Recycling OperativeJob Description:
Recycling operatives collect, sort and recycle materials like glass, paper and plastics from homes and businesses.Job Category:
What you will do:
In your day-to-day tasks you may:
- collect recyclable materials
- load and unload recycling collection vehicles
- use lifting machinery to help move and sort waste
- pick materials from a moving conveyor
- sort waste and remove non-recyclable items
- inspect materials for any contamination
- keep your work area clean and maintain equipment
- physical skills like movement, coordination and dexterity
- knowledge of public safety and security
- knowledge of recycling processes
- to be able to carry out basic tasks on a computer or hand-held device
- the ability to operate and control equipment
As well as:
To become a recycling operative, specific subjects are not typically required. Recycling operatives are responsible for sorting, processing, and handling recyclable materials at recycling centres or facilities. The qualifications for this role are often based on practical skills, physical fitness, and an understanding of recycling processes.
However, certain subjects and skills can be beneficial if you’re considering a career as a recycling operative. Here are some subjects that can be helpful:
- English Language: Effective communication skills, including reading and understanding instructions and safety guidelines, are important in this role.
- Mathematics: Basic math skills can be useful for tasks like measuring and recording weights, quantities, and keeping track of materials.
- Science: A foundational understanding of environmental science and the principles of recycling and waste management can be beneficial.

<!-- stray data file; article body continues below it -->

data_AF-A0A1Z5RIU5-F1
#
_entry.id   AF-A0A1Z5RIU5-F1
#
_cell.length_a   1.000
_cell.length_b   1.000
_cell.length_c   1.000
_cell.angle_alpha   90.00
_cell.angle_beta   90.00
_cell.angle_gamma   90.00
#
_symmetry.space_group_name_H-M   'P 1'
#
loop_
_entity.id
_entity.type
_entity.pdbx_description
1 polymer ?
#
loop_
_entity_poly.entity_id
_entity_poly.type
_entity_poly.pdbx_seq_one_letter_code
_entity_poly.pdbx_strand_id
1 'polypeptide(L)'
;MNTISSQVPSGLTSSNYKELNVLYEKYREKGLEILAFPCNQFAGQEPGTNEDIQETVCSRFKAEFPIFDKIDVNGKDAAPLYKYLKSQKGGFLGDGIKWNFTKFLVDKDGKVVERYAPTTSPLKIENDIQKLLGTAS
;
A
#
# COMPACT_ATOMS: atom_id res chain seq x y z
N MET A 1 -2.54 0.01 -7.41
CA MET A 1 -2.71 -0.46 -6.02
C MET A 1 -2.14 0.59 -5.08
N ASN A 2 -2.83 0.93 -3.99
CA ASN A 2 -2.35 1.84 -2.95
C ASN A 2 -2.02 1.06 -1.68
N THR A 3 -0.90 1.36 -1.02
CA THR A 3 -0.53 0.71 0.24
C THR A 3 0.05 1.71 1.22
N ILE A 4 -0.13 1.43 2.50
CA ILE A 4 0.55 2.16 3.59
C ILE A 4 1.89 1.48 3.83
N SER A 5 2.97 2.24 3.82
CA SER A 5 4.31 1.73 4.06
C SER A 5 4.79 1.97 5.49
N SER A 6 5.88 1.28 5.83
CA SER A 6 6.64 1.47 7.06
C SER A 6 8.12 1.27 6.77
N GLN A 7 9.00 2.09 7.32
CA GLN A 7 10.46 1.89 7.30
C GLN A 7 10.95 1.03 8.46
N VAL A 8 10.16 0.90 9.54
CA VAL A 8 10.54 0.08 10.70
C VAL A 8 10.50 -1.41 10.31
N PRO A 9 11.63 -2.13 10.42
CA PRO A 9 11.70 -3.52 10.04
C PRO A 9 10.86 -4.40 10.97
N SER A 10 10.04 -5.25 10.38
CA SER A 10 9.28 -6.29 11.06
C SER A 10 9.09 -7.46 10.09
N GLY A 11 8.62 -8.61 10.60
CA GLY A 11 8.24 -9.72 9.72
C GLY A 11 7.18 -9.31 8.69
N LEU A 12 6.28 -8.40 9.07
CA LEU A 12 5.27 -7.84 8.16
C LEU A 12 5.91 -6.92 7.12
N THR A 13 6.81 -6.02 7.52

- Physical Education (PE): Recycling operatives often engage in physically demanding work, so being physically fit and having stamina can be an asset.
You can get into this job through:
- an apprenticeship
- applying directly
You can do an intermediate apprenticeship as a waste resource operative.
You can apply to companies directly if you’ve got relevant skills and experience, for example from working in waste collection.
You may have an advantage if you’ve had forklift truck training or can drive a large goods vehicle.
An employer may give you training on the job, for example to get your large goods vehicle licence.
Working Hours and Environment:
Typically you could work 41 to 43 hours a week, occasionally including early mornings.
You could work at a waste recycling site or from a vehicle.
Your working environment may be dirty, physically demanding and outdoors in all weathers.
You may need to wear protective clothing.
Career Path & Progression:
With qualifications and experience you could move into a supervisory role at a waste collection site.